If he did not consent, he is not the child’s legal father. And the donor of the gametes would only be the child’s legal father if he had provided the mother with a notice saying that he consents to be treated as the father of the child AND M has provided him with a notice that she agrees to that.  So, a child conceived by AI without the consent of the Husband  (H) or biological donor of the gametes (F) agreeing to be treated as the Father would have no legal father.

With me so far?

IF the child was conceived by NI, then the male participant would be the child’s legal father (but would not automatically acquire parental responsibility, unless he was registered on the birth certificate)

In this case, which was heard by Mr Justice Peter Jackson – who is rapidly becoming the “go-to” guy on difficult AI cases, the Mother was claiming that the conception had taken place as a result of NI, and that therefore F was the biological AND legal father. She was also seeking orders for financial support for the child from F, under Schedule One of the Children Act 1989.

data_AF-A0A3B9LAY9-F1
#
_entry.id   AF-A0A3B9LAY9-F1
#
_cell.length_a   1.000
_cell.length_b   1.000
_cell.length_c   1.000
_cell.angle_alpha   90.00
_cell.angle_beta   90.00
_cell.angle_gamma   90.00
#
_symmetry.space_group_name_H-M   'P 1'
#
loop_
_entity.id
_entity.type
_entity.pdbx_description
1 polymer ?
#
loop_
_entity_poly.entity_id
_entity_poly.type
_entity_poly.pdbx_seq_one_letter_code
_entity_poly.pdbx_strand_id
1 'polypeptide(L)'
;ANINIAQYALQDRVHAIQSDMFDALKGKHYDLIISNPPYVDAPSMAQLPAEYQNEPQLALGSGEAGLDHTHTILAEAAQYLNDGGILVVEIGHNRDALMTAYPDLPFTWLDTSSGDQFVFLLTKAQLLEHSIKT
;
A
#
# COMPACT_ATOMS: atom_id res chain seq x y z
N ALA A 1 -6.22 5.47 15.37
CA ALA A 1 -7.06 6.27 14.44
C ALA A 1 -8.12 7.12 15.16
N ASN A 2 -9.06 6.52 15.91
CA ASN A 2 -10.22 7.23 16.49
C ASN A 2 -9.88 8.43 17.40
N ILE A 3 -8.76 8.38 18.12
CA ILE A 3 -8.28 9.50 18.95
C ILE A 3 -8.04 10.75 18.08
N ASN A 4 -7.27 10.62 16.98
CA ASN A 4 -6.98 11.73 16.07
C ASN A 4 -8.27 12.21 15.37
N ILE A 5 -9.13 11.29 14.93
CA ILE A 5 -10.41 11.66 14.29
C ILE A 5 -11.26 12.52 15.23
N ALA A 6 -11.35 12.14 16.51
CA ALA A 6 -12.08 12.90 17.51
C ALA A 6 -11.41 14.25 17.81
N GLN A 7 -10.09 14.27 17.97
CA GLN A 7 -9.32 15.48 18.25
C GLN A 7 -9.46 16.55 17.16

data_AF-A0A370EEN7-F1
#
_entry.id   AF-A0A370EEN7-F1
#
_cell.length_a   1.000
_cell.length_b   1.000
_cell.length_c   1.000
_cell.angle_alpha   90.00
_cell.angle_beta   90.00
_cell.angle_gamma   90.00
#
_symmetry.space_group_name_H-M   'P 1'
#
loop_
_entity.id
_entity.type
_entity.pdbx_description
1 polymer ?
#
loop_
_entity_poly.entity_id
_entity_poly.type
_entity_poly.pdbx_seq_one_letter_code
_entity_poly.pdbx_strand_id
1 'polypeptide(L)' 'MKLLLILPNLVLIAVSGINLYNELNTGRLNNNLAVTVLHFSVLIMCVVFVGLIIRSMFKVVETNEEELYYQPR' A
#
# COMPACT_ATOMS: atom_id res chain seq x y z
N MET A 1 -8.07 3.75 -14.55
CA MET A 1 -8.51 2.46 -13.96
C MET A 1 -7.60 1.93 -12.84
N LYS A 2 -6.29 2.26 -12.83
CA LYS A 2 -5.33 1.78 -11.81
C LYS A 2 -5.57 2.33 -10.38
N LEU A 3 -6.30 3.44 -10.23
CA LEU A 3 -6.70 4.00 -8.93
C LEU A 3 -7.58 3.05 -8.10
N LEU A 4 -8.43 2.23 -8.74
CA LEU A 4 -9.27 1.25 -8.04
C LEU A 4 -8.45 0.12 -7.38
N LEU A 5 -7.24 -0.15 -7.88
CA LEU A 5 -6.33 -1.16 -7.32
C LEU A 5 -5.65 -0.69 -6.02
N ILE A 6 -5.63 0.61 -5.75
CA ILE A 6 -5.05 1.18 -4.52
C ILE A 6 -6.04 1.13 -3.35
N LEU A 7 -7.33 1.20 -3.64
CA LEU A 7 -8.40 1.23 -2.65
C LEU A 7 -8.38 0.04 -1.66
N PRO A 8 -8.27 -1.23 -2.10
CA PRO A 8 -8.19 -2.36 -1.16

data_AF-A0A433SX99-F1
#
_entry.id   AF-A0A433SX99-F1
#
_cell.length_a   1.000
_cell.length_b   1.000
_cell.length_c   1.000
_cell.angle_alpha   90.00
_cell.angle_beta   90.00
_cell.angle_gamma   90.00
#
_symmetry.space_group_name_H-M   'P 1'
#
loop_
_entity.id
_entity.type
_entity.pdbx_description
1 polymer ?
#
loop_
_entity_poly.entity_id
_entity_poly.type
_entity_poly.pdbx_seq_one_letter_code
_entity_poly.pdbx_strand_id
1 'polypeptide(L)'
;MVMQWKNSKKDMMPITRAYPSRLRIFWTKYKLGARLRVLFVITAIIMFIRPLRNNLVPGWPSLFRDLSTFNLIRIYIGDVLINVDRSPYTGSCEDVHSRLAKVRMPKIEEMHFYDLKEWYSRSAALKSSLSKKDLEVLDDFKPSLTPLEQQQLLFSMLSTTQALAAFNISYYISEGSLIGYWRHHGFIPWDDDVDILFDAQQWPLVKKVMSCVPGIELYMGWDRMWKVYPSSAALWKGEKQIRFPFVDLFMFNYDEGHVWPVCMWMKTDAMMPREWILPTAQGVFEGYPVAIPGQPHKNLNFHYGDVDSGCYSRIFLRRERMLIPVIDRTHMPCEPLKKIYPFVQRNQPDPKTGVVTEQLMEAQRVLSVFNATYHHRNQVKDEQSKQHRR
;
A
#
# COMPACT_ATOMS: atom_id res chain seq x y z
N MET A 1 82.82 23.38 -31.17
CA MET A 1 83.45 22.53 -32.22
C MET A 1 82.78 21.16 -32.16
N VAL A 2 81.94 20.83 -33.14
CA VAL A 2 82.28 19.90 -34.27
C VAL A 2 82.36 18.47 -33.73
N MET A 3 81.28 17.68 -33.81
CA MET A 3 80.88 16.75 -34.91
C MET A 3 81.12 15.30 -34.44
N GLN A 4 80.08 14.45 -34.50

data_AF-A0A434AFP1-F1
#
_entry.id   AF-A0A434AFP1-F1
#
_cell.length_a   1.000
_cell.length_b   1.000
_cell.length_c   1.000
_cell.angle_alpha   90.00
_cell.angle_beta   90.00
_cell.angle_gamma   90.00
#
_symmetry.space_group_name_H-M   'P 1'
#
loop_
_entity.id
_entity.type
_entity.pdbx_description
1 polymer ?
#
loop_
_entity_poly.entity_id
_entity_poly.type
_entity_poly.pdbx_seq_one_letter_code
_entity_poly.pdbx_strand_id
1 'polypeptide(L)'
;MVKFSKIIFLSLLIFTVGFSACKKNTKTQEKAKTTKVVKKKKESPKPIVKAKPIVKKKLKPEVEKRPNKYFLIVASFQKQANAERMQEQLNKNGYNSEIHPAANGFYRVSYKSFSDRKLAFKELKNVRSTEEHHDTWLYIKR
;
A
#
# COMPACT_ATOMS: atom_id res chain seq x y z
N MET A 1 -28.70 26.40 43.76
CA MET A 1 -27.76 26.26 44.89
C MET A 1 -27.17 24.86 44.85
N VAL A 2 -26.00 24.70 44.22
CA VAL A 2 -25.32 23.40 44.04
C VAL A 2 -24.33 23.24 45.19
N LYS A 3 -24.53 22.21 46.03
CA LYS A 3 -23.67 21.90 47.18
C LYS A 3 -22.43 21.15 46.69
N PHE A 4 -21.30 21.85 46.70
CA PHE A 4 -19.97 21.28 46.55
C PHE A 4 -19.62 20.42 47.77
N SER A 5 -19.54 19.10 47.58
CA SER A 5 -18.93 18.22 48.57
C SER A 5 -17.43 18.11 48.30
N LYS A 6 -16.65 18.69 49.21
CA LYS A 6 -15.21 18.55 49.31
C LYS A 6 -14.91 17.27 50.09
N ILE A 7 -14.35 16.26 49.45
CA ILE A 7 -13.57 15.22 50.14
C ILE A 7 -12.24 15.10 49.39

It would be fair to say that the role of the Court became less one of determining which of F or M was telling the truth, but which of them, after sifting through the multiple lies that each had told, was the more credible in their overall account.  Given that F said the conception was by AI, and M said by NI, one of them must have been telling the truth about the circumstances, and it was, the Judge said, unfortunate that each of them had told so many lies in the proceedings.

These are the lies the Court found that M had told. (The names that I give are names that are within the anonymised transcript, and do not relate to the real names of M, F or H, or the child)


·  Examples of Ms M’s deceptions are these:

(1) Her opening e-mail to Mr F stated that she was healthy (she has a medical condition) and that Mr H was excited about donor insemination (he was against it but she hoped to bring him round).